When my partners and I sold our pet store--The Animal Kingdom in Dallas--in the early ‘90s, we turned to a local business broker for help. One year into the process, we had just one offer for about 25 percent of our annual sales. We weren’t thrilled with the outcome, but we took the offer because the partnership wasn’t working (that’s a story for another time!), and we needed to get out. I swore that if I sold another business, I would be more careful about who I let help me sell it. It’s ironic that 20 years later, I am working in the related field of investment banking. It’s certainly helped me in terms of knowing what clients want and don’t want when it comes to selling their business.
As such, I found the recent article in the Wall Street Journal highlighting the ineffectiveness of business brokers quite interesting. While many small business owners are still turning to business brokers for the sale of their business, the effectiveness of broker services are producing abysmal numbers, causing many experts to question the future of business brokers.
According to BizBuySell, of the 31,856 listings in the third quarter this year, only 1,117 were sold. That amounts to a successful close rate of only 3.5 percent.
So why are business brokers still in business? Because they typically offer a no-cost option for selling a business. However, the statistics show that you get what you pay for. Even though it’s no-money-down, the time invested in the process ultimately proves expensive and takes your focus away from your core business.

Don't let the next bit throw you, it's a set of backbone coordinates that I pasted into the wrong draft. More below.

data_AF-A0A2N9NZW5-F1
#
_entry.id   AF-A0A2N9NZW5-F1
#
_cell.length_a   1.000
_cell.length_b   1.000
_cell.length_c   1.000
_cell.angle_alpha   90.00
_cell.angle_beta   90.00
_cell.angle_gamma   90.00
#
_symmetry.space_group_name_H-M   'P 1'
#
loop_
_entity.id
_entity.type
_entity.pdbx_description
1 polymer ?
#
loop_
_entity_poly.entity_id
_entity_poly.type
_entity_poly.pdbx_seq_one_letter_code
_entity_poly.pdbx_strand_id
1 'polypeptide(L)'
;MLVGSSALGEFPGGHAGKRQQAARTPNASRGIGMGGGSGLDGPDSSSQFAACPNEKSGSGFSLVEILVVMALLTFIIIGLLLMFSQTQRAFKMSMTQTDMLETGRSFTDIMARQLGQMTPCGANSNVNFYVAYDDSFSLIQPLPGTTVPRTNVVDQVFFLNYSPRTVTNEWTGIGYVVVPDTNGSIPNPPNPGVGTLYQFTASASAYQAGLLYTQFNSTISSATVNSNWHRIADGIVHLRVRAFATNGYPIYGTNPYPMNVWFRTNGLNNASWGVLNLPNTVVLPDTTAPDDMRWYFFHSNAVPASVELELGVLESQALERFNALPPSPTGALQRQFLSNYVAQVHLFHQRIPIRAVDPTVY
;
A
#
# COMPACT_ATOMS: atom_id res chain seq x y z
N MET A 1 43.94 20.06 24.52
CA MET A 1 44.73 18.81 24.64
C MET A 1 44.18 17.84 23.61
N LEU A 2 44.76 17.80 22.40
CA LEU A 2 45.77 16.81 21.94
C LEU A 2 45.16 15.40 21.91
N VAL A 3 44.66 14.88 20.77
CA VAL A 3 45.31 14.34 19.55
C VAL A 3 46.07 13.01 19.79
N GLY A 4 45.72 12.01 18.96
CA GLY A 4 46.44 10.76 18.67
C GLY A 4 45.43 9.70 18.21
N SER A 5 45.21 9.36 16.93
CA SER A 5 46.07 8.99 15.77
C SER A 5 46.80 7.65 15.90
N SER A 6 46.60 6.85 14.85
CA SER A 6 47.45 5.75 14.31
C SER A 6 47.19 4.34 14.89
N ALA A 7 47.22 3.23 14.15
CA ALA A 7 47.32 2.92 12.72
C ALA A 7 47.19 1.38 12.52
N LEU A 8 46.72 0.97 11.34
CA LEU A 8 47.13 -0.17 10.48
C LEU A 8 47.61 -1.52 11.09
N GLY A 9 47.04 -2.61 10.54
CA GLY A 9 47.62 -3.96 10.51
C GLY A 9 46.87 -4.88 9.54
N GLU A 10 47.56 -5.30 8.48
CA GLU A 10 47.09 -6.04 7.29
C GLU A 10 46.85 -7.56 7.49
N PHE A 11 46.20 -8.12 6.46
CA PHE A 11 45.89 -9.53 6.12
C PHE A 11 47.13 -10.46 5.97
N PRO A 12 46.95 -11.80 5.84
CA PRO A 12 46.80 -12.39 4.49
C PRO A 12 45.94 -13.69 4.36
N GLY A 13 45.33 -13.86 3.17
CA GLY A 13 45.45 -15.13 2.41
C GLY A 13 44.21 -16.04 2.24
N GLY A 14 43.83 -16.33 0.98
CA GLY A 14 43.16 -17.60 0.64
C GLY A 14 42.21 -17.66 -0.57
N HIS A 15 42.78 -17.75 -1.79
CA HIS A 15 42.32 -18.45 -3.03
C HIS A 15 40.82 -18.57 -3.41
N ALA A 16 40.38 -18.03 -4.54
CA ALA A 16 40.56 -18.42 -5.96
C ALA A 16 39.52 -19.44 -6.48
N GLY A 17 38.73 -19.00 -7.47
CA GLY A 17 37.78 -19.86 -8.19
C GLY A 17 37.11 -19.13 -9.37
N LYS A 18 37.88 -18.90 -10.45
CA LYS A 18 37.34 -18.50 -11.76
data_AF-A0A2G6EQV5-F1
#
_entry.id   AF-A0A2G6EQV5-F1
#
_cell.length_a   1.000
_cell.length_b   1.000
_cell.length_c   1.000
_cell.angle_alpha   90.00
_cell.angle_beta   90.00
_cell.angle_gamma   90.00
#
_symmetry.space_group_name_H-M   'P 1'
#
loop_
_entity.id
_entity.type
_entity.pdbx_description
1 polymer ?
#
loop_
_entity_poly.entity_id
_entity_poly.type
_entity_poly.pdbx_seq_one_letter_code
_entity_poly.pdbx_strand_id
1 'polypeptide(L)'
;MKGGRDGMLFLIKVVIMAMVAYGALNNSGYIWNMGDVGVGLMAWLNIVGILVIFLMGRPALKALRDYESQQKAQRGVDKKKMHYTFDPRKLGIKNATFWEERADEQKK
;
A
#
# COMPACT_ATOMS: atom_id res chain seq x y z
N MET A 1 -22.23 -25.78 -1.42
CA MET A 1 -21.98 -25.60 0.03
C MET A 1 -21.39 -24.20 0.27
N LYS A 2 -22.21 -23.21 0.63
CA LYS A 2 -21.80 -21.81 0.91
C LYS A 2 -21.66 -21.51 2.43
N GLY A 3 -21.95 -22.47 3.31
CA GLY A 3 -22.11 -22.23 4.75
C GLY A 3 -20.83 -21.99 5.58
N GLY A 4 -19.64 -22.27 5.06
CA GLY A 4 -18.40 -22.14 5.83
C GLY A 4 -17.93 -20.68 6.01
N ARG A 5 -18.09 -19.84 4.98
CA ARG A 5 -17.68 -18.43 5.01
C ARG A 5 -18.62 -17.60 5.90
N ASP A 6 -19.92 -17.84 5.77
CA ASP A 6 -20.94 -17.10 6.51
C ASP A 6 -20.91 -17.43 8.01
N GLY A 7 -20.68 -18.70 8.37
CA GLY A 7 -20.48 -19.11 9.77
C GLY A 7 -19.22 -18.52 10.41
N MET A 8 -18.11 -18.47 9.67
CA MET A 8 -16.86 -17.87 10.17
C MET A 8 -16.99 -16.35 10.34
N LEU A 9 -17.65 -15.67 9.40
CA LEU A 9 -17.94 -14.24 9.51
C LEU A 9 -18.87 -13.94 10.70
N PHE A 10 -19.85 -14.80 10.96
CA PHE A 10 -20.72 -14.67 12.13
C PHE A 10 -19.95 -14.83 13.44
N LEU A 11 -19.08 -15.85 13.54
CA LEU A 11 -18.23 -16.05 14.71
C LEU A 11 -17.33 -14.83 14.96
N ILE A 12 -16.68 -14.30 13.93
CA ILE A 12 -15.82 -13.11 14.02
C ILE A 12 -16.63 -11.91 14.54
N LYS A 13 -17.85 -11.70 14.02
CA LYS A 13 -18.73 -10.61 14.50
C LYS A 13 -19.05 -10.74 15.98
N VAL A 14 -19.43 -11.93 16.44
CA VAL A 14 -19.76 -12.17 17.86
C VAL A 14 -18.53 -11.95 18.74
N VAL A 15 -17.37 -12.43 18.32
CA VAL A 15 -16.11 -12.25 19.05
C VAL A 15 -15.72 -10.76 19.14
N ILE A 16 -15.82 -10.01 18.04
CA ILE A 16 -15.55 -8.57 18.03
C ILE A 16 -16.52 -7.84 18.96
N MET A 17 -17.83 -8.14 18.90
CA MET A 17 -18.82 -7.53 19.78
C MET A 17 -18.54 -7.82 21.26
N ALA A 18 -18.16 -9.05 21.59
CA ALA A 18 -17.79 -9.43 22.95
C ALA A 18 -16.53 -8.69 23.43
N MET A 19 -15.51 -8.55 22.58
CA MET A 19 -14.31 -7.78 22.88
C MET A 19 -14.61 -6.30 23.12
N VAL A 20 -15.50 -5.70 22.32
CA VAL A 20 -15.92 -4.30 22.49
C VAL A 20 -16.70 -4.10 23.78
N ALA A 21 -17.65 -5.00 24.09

The weak efficacy of brokers is usually a sign of one of two issues:
1. The business owner doesn’t have a realistic understanding of the market value of his/her business.
2. The market won’t support the business owner’s value expectations or needs based on earnings or results.
Before putting your business up for sale, I’d recommend taking these two steps to determine whether it makes sense to move forward:
1. The first step is a properly prepared valuation. Armed with a valuation, business owners can confidently go to market and demand top-dollar for their business. Conversely, if valuation expectations don’t align with market value, the business owner avoids a long, drawn-out sale process that inevitably steals time and focus from the operation.
2. Find someone--perhaps a CPA or financial advisor—to help you determine your "Personal Number.” The number you need to sell the business for that allows you to either retire or feel that you derived satisfactory value for your hard work. If #1 and #2 align, then it’s time to talk to a reputable business broker or investment banker.
I can tell you from first-hand experience that the process of selling your business, when done right, can be one of the most rewarding experiences of your life. Having reaped the rewards of years of hard work, I now live in my favorite city in the country and have launched a new career that I absolutely love!
The Wall Street Journal article can be found here.
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